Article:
You may have a “history or diagnosis” of one of those specific disqualifying conditions or otherwise fail to meet Part 67 standards but now present no special risk. Perhaps you had a heart attack but then underwent heart surgery, quit smoking, went on a low cholesterol diet, and are following a good exercise regimen so that you are now no more likely to have another heart attack than anyone else of your age. Maybe you were able to beat an alcohol or drug habit. Maybe the history or diagnosis was erroneous (doctors are human and sometimes make mistakes too). Or perhaps the Federal Air Surgeon has disqualified you because in his opinion your condition, medication, or current course of treatment is incompatible with safe flying. Your treating physicians may strongly disagree with the Federal Air Surgeon’s opinion. Shouldn’t you be free to fly? Yes, and if you can convince the FAA that despite your medical history you are now fit to fly, you can.

Statement of Demonstrated Ability (SODA)
Pilots who have a static disability that is not expected to worsen may be certified through a process referred to as a Statement of Demonstrated Ability (SODA).

Let’s start with the easiest ones: vision and hearing problems. If your vision doesn’t meet FAA standards without eyeglasses or contact lenses but does with these lenses, all that may be required is for your AME to add this limitation to your medical certificate: “Holder shall wear correcting lenses while exercising the privileges of his/her airman certificate.”

If you failed the color vision test, you may be able to get your medical certificate by arranging a test to determine whether you are able to distinguish between the red, green, and white of the control tower light gun that would give you directions in the event of a radio failure. If you can, you get your medical certificate even if your color vision isn’t perfect. If your hearing is below standards but you can demonstrate that you can still hear and understand ATC instructions and flight deck conversation, you should be able to get your medical certificate, although it may have a limitation on it requiring you to use a noise-canceling headset while flying.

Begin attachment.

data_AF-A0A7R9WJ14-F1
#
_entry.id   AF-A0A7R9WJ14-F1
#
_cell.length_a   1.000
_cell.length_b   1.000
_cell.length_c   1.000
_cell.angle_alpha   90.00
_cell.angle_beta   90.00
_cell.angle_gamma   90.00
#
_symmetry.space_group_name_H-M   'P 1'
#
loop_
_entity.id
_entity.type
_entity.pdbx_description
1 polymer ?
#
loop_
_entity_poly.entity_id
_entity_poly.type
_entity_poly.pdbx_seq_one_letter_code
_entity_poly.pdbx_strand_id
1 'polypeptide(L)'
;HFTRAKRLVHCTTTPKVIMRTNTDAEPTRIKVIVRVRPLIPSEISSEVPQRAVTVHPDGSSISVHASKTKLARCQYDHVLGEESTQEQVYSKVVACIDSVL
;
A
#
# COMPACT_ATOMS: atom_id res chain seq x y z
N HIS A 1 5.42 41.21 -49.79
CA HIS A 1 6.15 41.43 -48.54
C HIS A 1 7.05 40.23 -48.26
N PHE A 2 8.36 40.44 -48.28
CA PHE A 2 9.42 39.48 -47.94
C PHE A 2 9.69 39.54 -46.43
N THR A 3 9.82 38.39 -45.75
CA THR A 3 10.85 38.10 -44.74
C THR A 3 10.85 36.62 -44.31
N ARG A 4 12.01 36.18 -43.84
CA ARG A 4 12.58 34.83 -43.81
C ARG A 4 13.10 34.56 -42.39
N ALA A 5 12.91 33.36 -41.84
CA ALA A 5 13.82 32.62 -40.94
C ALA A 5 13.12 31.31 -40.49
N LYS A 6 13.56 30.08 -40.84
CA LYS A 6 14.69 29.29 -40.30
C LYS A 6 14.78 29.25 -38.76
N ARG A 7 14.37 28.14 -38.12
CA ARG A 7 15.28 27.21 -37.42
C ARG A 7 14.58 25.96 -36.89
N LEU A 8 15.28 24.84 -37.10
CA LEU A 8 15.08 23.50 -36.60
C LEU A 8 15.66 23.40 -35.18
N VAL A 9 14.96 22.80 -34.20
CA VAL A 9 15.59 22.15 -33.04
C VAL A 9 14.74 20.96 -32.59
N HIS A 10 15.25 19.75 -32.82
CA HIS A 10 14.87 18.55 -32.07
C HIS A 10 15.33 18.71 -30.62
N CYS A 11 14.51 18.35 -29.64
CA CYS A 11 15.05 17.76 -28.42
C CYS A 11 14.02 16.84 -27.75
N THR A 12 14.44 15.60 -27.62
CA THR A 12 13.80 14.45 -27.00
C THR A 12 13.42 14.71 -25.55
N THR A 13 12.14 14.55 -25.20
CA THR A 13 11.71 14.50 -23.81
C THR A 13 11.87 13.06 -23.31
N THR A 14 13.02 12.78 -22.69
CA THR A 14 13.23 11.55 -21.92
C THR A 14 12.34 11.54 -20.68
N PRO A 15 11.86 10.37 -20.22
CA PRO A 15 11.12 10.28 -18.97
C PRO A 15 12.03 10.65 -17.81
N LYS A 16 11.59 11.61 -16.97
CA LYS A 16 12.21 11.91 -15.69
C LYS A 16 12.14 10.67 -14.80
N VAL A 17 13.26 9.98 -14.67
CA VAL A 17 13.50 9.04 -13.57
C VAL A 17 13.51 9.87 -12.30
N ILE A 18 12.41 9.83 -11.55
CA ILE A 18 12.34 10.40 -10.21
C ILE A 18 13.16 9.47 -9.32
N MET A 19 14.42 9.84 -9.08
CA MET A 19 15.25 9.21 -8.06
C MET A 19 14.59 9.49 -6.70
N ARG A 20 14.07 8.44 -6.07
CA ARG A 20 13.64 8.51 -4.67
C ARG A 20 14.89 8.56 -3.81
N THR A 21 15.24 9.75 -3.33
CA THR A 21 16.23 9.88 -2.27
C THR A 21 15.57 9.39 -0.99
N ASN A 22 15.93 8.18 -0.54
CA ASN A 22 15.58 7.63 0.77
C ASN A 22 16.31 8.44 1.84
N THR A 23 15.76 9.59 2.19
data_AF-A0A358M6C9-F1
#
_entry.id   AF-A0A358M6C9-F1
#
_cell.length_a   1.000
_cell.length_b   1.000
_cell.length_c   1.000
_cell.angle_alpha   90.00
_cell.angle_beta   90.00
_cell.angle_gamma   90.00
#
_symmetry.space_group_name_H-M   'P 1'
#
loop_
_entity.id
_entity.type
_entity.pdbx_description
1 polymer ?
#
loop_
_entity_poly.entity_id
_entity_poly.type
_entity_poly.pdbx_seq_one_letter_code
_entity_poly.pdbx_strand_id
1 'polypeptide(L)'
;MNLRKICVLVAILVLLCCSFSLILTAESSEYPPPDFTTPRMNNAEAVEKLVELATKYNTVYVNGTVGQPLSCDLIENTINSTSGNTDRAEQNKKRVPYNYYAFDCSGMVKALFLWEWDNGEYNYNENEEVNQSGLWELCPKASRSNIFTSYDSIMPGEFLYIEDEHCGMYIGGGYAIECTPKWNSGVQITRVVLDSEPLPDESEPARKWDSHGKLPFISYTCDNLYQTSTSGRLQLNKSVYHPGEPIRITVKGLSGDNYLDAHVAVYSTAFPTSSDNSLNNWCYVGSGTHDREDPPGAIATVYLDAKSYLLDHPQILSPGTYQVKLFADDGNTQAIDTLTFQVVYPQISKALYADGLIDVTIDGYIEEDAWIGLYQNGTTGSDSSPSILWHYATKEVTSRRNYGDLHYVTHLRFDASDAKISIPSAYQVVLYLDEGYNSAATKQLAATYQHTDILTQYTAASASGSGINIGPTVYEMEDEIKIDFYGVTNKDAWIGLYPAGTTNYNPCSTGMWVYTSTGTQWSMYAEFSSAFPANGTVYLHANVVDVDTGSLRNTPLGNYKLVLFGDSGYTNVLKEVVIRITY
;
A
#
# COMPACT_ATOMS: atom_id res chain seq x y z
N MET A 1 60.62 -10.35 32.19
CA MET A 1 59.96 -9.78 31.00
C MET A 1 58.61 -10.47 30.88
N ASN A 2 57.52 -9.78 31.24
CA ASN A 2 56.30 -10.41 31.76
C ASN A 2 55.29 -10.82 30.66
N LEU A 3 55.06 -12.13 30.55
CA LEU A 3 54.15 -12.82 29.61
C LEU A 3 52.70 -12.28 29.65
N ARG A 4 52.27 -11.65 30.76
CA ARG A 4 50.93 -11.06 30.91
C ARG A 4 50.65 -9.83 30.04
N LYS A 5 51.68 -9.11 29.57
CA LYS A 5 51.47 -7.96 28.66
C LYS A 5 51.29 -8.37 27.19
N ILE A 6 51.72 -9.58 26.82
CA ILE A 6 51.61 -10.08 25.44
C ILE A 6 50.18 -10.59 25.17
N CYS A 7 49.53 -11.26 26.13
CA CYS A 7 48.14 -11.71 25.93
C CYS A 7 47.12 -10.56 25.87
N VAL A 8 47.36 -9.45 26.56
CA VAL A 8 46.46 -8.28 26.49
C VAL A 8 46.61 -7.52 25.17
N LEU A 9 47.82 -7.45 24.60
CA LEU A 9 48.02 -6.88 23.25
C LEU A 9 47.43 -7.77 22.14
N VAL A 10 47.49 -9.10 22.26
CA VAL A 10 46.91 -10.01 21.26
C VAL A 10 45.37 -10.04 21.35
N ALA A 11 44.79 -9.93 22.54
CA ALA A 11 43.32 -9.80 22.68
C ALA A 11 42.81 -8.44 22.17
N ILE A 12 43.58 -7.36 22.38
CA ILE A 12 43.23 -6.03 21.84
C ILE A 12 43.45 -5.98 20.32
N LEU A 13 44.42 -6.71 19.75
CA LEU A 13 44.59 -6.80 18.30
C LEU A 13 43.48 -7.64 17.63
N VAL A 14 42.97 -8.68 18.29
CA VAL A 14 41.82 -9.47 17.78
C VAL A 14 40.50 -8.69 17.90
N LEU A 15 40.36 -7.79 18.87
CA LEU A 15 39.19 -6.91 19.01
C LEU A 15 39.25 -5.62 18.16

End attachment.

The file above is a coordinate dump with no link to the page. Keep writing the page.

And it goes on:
If you have a below-the-knee amputation of a leg, but have a prosthetic limb which generally enables you to function normally, and your AME is of the opinion that this would present no problem with operating the aircraft’s controls, she has authority to issue you a student pilot certificate with the limitation “For Student Pilot Purposes Only” to enable you to take a checkride with an FAA examiner. If you pass the checkride by demonstrating that you are in fact able to operate all of the aircraft’s controls despite your disability, you will be issued a SODA.

Special Issuance
If your problem is a history or diagnosis of one of the specific disqualifying conditions listed above, but you can prove that in spite of that history you are unlikely to become suddenly incapacitated while flying (or to fly irresponsibly), you may obtain an FAA medical certificate by “special issuance.” The burden will be on you and your doctors to convince the Federal Air Surgeon that you are now an acceptable risk to flight safety. If you succeed, the Federal Air Surgeon has the discretionary authority to issue you any class of medical certificate by special issuance, even though you don’t meet the letter of the law. Long a tedious, time-consuming, and frustrating bureaucratic process, the Federal Air Surgeon has delegated special issuance authority for certain medical conditions to the AME under new published guidelines called “Certificates an AME Can Issue (CACI).” This allows an AME the discretion to issue a medical certificate to applicants with arthritis, asthma, glaucoma, chronic hepatitis C, hypertension, hypothyroidism, migraine and chronic headache, pre-diabetes and renal (kidney) cancer. This delegation has simplified and expedited certification for many airmen, and this list is likely to continue to expand.